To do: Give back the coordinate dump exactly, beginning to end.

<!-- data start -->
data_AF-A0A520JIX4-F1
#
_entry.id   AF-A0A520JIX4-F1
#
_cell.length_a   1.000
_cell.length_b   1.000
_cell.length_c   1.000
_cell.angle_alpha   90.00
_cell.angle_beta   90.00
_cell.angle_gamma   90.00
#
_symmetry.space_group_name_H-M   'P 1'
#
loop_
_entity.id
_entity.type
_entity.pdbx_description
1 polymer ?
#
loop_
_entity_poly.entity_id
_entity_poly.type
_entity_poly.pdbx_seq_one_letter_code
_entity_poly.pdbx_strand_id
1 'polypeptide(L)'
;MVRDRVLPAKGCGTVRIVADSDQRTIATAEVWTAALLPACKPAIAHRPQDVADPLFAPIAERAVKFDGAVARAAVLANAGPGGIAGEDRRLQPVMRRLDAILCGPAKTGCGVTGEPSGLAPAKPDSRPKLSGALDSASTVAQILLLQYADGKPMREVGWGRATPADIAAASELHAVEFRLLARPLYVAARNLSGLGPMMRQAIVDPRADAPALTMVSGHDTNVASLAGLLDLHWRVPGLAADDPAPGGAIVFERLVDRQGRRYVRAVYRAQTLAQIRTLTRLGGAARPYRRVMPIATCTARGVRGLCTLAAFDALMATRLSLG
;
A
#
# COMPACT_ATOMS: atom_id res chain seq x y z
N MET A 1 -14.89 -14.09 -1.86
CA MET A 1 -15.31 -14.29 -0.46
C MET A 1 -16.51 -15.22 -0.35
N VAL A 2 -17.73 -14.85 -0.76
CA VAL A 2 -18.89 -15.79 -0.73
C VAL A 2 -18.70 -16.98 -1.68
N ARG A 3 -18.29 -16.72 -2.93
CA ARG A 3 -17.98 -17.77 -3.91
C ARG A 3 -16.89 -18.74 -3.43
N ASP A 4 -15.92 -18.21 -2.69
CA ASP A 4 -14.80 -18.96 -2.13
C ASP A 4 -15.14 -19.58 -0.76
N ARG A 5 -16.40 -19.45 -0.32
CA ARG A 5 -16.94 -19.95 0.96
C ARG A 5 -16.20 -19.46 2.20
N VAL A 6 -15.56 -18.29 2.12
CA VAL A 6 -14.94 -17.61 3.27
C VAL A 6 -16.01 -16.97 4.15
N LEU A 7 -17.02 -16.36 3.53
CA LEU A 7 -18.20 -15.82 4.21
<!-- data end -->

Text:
data_AF-A0A520JIX4-F1
#
_entry.id   AF-A0A520JIX4-F1
#
_cell.length_a   1.000
_cell.length_b   1.000
_cell.length_c   1.000
_cell.angle_alpha   90.00
_cell.angle_beta   90.00
_cell.angle_gamma   90.00
#
_symmetry.space_group_name_H-M   'P 1'
#
loop_
_entity.id
_entity.type
_entity.pdbx_description
1 polymer ?
#
loop_
_entity_poly.entity_id
_entity_poly.type
_entity_poly.pdbx_seq_one_letter_code
_entity_poly.pdbx_strand_id
1 'polypeptide(L)'
;MVRDRVLPAKGCGTVRIVADSDQRTIATAEVWTAALLPACKPAIAHRPQDVADPLFAPIAERAVKFDGAVARAAVLANAGPGGIAGEDRRLQPVMRRLDAILCGPAKTGCGVTGEPSGLAPAKPDSRPKLSGALDSASTVAQILLLQYADGKPMREVGWGRATPADIAAASELHAVEFRLLARPLYVAARNLSGLGPMMRQAIVDPRADAPALTMVSGHDTNVASLAGLLDLHWRVPGLAADDPAPGGAIVFERLVDRQGRRYVRAVYRAQTLAQIRTLTRLGGAARPYRRVMPIATCTARGVRGLCTLAAFDALMATRLSLG
;
A
#
# COMPACT_ATOMS: atom_id res chain seq x y z
N MET A 1 -14.89 -14.09 -1.86
CA MET A 1 -15.31 -14.29 -0.46
C MET A 1 -16.51 -15.22 -0.35
N VAL A 2 -17.73 -14.85 -0.76
CA VAL A 2 -18.89 -15.79 -0.73
C VAL A 2 -18.70 -16.98 -1.68
N ARG A 3 -18.29 -16.72 -2.93
CA ARG A 3 -17.98 -17.77 -3.91
C ARG A 3 -16.89 -18.74 -3.43
N ASP A 4 -15.92 -18.21 -2.69
CA ASP A 4 -14.80 -18.96 -2.13
C ASP A 4 -15.14 -19.58 -0.76
N ARG A 5 -16.40 -19.45 -0.32
CA ARG A 5 -16.94 -19.95 0.96
C ARG A 5 -16.20 -19.46 2.20
N VAL A 6 -15.56 -18.29 2.12
CA VAL A 6 -14.94 -17.61 3.27
C VAL A 6 -16.01 -16.97 4.15
N LEU A 7 -17.02 -16.36 3.53
CA LEU A 7 -18.20 -15.82 4.21